Measuring ROI on Learning: Key Factors and Best Practices

Measuring ROI on Learning: Key Factors and Best Practices


What’s the Return on Investment on Learning?

It’s easy to say that the ROI on learning is immeasurable, and that learning has nothing to do with monetary cost/benefit analysis. That may be true in a perfect world, in an ideal world, but we do not live in such a world.

Everything has a cost in our world; nothing comes free – except our online course on Data Cleaning and Analysis Skills in Excel – and there are no free lunches. Every course we set up at SKILLFIN LEARNING costs money. Our trainers need to be paid, as do our experts that create the courses.

They are after all, highly skilled professionals who put in time and effort to set up these online courses in Data AnalysisFinancial AnalysisExcel and Business Presentation, just to name a few.

What’s the ROI on these courses?

Well, let’s say you’re looking for a data analyst job in a top bank. Doing our online course on Statistical Analysis Skills Training (SAST) in Excel will help you to master complex concepts such as statistical analysis functionalities in Excel on real-life large data sets.

This could certainly give you a big edge over the competition, and get you a nod from the recruiter at, say, Goldman Sachs. According to PayScale, an entry level data analyst at Goldman Sachs makes about $67,000 a year in the U.S.

If you’re from India, you can get an entry level data entry job in any IT or financial company at a starting salary of about Rs. 370,000 per year. Not bad at all, especially when you consider that this particular online course only costs $11 or Rs. 699 at the time of this writing.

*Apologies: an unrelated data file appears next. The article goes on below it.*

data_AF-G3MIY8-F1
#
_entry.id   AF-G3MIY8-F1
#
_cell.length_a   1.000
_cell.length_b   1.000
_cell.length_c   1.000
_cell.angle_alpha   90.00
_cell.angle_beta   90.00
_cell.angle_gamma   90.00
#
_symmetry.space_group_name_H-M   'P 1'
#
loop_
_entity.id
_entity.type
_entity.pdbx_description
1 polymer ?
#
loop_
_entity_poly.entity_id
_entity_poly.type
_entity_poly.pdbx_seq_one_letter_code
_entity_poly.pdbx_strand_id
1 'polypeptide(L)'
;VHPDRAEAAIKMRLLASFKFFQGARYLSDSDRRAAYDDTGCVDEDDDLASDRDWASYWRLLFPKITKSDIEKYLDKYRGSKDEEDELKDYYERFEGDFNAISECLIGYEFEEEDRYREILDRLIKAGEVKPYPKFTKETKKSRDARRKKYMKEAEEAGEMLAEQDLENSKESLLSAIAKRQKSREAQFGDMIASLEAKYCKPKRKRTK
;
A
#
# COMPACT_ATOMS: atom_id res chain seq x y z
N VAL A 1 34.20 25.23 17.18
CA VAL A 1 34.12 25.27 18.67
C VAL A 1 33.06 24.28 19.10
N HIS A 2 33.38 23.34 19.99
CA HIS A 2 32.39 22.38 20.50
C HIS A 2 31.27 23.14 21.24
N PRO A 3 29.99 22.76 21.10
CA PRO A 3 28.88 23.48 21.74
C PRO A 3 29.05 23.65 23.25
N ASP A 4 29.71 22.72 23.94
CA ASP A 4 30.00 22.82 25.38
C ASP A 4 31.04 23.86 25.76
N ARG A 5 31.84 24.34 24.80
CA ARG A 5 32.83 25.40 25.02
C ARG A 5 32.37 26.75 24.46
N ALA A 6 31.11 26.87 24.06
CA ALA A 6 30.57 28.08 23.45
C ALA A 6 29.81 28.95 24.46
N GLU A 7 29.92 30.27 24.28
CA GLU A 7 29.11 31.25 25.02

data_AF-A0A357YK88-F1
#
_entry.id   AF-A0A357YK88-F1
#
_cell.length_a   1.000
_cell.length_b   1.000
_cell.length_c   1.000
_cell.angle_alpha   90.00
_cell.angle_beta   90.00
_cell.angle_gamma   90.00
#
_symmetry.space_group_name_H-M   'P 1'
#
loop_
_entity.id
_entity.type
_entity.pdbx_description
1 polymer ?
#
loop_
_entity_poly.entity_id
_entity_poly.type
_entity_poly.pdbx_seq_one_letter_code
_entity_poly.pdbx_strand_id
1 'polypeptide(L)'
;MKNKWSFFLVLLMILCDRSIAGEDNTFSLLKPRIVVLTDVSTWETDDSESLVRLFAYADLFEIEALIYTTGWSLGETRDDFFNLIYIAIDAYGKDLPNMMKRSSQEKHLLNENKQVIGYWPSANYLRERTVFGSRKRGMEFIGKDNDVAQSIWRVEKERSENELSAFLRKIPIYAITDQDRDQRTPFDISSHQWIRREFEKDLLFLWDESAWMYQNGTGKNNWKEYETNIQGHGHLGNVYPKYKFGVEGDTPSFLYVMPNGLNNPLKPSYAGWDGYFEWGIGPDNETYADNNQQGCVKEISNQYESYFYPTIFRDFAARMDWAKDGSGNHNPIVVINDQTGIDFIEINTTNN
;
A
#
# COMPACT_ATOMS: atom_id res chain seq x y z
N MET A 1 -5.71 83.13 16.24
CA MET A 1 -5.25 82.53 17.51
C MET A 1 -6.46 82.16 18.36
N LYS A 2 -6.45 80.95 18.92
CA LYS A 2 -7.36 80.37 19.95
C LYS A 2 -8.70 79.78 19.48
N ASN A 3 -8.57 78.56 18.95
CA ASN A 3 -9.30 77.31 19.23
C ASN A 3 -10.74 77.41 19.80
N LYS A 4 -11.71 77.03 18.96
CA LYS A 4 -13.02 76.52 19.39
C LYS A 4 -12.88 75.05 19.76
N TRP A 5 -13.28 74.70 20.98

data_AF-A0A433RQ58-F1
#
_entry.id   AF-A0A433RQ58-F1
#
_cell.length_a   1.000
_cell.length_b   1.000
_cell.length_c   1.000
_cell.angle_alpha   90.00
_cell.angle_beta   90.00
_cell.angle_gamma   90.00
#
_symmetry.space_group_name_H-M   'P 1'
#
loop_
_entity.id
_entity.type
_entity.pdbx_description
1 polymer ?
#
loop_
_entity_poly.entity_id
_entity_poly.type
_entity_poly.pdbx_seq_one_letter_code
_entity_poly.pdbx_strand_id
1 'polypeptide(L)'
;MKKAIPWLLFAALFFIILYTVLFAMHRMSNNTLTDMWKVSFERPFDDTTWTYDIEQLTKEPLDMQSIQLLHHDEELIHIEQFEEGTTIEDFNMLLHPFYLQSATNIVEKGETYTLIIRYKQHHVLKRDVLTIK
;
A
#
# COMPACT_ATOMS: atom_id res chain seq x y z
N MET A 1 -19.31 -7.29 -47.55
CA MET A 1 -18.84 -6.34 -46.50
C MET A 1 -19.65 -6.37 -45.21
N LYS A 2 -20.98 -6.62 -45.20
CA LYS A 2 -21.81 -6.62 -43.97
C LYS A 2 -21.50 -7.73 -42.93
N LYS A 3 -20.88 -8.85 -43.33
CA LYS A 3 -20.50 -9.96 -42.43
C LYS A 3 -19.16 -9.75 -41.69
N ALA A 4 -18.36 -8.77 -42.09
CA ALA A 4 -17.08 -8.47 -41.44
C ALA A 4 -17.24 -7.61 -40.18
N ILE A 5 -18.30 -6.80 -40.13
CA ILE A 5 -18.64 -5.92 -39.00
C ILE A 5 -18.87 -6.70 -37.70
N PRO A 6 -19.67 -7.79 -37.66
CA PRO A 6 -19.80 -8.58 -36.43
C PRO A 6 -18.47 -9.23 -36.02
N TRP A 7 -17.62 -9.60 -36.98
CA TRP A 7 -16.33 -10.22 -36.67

What’s the ROI on that? Immeasurable, cannot be quantified.

Any online course becomes an expense or a cost only if you don’t learn it well, don’t focus hard enough, get distracted and do everything in a half-hearted manner. Then there is no ROI on that, as you don’t make any profits on the investment – you can waive that off as a loss.

But if doing an online course such as Finance Skills for Non-Finance professionals gets you the promotion you’ve always wanted, after years of effort, what’s the ROI on that? Can that be quantified or measured? No!

Sure, there is a methodology for measuring the value of learning, but it’s one that is so complex that it would be a waste of time for our readers –most of who are college students, recent graduates and busy working professionals – to study it.

But if you are really interested, we suggest reading the book The Business Value of E-learning by Jack Phillips and Holly Burkett (December 2007/January 2008).

Online learning can be said to have a high ROI – an immeasurably high ROI – when it gets you a job, gets you a coveted promotion or helps you manage your business or finances better. Most of the online courses at SKILLFIN LEARNING are priced in the range of $30 to $100. The ROI on that – if they get you what you want – is high by any measure.

Share This Post:

2 thoughts on “Measuring ROI on Learning: Key Factors and Best Practices”

  1. […] incentives or rewards for employees who complete certain training programs or achieve specific learning goals. This can help motivate employees to take ownership of their own learning and development, and can […]

  1. world best finisher in cricket March 25, 2024

    I think this is a real great post.

Add a Comment

Your email address will not be published.